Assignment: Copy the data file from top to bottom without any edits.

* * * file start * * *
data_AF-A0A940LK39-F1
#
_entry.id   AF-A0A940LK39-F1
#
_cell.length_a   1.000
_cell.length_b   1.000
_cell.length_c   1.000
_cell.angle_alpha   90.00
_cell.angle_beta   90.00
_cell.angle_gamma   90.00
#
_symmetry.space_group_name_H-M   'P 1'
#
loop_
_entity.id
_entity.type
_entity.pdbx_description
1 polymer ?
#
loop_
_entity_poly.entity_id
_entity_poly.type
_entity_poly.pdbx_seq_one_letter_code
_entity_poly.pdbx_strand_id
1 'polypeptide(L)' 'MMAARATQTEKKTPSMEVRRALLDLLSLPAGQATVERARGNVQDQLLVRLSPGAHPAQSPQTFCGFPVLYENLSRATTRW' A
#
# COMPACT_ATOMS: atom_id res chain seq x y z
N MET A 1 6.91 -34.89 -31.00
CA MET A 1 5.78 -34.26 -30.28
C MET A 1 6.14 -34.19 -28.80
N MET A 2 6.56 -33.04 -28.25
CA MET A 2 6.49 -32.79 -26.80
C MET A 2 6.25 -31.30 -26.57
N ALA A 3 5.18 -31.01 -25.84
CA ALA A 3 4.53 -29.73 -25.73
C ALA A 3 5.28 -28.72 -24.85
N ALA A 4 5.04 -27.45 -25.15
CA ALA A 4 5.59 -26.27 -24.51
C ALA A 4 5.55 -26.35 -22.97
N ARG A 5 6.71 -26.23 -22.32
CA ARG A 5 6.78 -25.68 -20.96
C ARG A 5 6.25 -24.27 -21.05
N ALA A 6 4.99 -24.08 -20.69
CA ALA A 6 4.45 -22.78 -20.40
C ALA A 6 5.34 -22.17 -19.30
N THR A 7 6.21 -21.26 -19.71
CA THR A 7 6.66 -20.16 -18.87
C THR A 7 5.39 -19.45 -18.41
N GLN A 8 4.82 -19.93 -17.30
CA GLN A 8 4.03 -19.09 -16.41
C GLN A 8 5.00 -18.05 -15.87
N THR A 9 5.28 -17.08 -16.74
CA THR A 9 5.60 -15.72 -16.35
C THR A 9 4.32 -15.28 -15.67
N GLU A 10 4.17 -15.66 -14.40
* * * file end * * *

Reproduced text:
data_AF-A0A940LK39-F1
#
_entry.id   AF-A0A940LK39-F1
#
_cell.length_a   1.000
_cell.length_b   1.000
_cell.length_c   1.000
_cell.angle_alpha   90.00
_cell.angle_beta   90.00
_cell.angle_gamma   90.00
#
_symmetry.space_group_name_H-M   'P 1'
#
loop_
_entity.id
_entity.type
_entity.pdbx_description
1 polymer ?
#
loop_
_entity_poly.entity_id
_entity_poly.type
_entity_poly.pdbx_seq_one_letter_code
_entity_poly.pdbx_strand_id
1 'polypeptide(L)' 'MMAARATQTEKKTPSMEVRRALLDLLSLPAGQATVERARGNVQDQLLVRLSPGAHPAQSPQTFCGFPVLYENLSRATTRW' A
#
# COMPACT_ATOMS: atom_id res chain seq x y z
N MET A 1 6.91 -34.89 -31.00
CA MET A 1 5.78 -34.26 -30.28
C MET A 1 6.14 -34.19 -28.80
N MET A 2 6.56 -33.04 -28.25
CA MET A 2 6.49 -32.79 -26.80
C MET A 2 6.25 -31.30 -26.57
N ALA A 3 5.18 -31.01 -25.84
CA ALA A 3 4.53 -29.73 -25.73
C ALA A 3 5.28 -28.72 -24.85
N ALA A 4 5.04 -27.45 -25.15
CA ALA A 4 5.59 -26.27 -24.51
C ALA A 4 5.55 -26.35 -22.97
N ARG A 5 6.71 -26.23 -22.32
CA ARG A 5 6.78 -25.68 -20.96
C ARG A 5 6.25 -24.27 -21.05
N ALA A 6 4.99 -24.08 -20.69
CA ALA A 6 4.45 -22.78 -20.40
C ALA A 6 5.34 -22.17 -19.30
N THR A 7 6.21 -21.26 -19.71
CA THR A 7 6.66 -20.16 -18.87
C THR A 7 5.39 -19.45 -18.41
N GLN A 8 4.82 -19.93 -17.30
CA GLN A 8 4.03 -19.09 -16.41
C GLN A 8 5.00 -18.05 -15.87
N THR A 9 5.28 -17.08 -16.74
CA THR A 9 5.60 -15.72 -16.35
C THR A 9 4.32 -15.28 -15.67
N GLU A 10 4.17 -15.66 -14.40